Friday, March 18, 2005

A cultural question

I haven't had much to say for this blog (and I still don't) but I do have a PRESSING question I want to present to our readers:
One of the first words we English speakers use (generally) as children is "mine" - a thing which I find truly fascinating. Do you think this is true for other cultures? And for the Romans? And if so (and here is where I am really puzzled), which gender do you think they would use first?
thanks for any input you might have.


Tully said...

A boy would say meus, a girl mea.

caelestis said...

I always thought one of the first words a child would learn would be 'no' (negative) or 'don't' (prohibitive).

dennis said...

Tully's mistake (and a common one that I'm sure we've all made) is in giving the possessive adjective the gender of the speaker when it should agree in gender with that which it's modifying.

Forgetting concerns about childhood language acquisition (remember that kids who speak English don't internalize inflectional forms of pronouns for some time), the neuter forms meum or mea (pl.) may be better choices, unless the kid were at least fully aware of gender distinctions.

But I have a hunch it would have been the the genitive of ego (which has no inherent gender): mei!

Coke said...

Dennis, where can I get information about about childhood language acquisition? I am interested in their awareness of inflection and how this develops.

I think I lean to the neuter singular. No idea why. I'll keep thinking about it.

And I am curious - what makes you think they would be using MEI? Would they hear adults using MEI for possession (some colloquial expression not appearing in written texts)? I think I could buy that. MEI sounds a lot easier to use on the street than the adjective. Or would they be able to hear the genitive's 'possessive atmosphere' used with other nouns and make the connection of their own accord?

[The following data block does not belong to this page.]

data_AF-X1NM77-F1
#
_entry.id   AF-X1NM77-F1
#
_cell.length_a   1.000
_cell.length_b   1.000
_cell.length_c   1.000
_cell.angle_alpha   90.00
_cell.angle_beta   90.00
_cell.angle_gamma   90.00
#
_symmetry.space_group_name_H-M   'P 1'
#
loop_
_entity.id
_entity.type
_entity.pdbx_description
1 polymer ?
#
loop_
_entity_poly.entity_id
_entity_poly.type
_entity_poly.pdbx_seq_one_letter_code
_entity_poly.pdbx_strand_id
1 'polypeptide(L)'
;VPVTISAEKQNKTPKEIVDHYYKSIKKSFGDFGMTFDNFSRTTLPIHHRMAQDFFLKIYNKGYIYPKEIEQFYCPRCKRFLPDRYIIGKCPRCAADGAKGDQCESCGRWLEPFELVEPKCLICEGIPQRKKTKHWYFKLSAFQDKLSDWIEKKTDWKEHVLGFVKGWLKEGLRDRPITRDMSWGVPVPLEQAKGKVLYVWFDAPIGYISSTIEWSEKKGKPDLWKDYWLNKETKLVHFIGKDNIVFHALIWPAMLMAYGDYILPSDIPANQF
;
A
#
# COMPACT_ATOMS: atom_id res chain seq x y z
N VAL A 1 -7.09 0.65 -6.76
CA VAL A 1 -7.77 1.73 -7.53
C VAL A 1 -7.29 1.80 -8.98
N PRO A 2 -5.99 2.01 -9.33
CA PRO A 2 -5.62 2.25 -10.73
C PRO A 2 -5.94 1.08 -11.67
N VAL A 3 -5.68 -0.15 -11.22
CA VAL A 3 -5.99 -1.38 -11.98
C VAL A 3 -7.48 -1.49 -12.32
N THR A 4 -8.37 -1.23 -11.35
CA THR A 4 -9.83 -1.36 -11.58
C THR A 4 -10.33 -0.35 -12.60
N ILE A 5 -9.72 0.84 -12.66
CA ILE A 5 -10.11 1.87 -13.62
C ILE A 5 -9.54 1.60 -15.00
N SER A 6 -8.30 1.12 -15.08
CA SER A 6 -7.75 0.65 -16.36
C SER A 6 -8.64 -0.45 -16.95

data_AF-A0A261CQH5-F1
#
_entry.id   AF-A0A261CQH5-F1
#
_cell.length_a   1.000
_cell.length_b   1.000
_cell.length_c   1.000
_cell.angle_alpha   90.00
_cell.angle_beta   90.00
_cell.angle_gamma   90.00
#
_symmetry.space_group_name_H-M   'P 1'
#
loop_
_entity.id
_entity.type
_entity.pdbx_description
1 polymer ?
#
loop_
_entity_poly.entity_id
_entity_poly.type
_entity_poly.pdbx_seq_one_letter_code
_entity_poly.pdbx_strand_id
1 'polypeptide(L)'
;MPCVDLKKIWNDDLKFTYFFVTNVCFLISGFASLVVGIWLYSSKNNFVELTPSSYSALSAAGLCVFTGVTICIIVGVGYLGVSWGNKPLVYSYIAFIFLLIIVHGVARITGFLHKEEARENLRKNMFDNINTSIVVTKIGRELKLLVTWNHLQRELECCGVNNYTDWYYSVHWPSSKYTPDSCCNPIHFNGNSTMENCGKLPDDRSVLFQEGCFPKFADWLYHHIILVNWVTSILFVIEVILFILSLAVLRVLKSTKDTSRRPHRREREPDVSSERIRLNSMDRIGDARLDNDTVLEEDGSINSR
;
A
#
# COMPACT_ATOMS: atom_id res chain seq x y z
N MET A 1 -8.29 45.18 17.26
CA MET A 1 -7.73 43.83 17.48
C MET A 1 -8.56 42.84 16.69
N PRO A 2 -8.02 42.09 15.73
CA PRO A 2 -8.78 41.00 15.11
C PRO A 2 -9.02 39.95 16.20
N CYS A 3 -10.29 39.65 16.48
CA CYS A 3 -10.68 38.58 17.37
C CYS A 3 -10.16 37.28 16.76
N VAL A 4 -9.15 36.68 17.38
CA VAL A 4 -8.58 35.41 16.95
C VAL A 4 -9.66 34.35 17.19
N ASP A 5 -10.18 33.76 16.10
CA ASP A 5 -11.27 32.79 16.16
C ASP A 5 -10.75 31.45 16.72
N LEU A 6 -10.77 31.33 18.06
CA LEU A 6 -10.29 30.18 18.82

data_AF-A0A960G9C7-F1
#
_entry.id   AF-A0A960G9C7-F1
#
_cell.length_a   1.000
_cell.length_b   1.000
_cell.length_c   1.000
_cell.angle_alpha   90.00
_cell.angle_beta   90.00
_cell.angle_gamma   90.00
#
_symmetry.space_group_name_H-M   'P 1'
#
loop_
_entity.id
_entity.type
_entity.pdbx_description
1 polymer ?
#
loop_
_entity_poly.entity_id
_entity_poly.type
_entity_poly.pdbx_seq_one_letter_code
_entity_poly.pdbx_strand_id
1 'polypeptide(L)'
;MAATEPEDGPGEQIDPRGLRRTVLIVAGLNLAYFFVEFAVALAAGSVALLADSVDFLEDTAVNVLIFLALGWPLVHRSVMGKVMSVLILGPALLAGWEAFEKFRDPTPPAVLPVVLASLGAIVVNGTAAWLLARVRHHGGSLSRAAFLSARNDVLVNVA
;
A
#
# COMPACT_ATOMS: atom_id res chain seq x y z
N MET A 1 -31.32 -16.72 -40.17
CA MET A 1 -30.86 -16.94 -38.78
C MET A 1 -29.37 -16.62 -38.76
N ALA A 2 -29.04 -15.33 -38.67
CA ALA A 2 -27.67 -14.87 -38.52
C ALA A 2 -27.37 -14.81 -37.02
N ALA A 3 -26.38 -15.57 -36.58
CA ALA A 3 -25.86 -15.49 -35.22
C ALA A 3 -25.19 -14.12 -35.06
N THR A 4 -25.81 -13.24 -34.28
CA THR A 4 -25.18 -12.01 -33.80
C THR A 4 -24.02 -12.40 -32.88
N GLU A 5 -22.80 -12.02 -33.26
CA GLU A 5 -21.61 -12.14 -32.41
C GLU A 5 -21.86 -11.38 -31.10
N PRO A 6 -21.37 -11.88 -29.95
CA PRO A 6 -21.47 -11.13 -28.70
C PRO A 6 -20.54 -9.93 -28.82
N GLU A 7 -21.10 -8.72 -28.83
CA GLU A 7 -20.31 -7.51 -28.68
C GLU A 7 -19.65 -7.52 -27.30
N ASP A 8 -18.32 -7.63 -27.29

eric said...

i'd like to put in a vote for the dative of possession mihi because of its common use with that verb of all verbs, esse.

or that's what i would've thought till i checked allen and greenough 373: 'The Genitive or a Possessive with esse emphasizes the possessor; the Dative, the fact of possession: as,--liber est meus, the book is MINE (and no one's else); est mihi liber, I HAVE a book (among other things).'

eric said...

and the former ('MINE') seems to be more what we're going for here.

dennis said...


Check out this bibliography on David Crystal's site:

If you listen to the way most people talk to children you sense a definite pattern of ungrammaticality that paradoxically enforces grammar over time. A mother might say, 'him's a good boy, isn't him? Is that him's favorite toy?'

Personally it creeps me out, but it seems to work.

eric said...

one more thing coke--

you might have been thinking of this already, but for augustine's take on the selfishness of infants, see confessions 1.6.7-1.7.12. latin text available here:

english translation available here: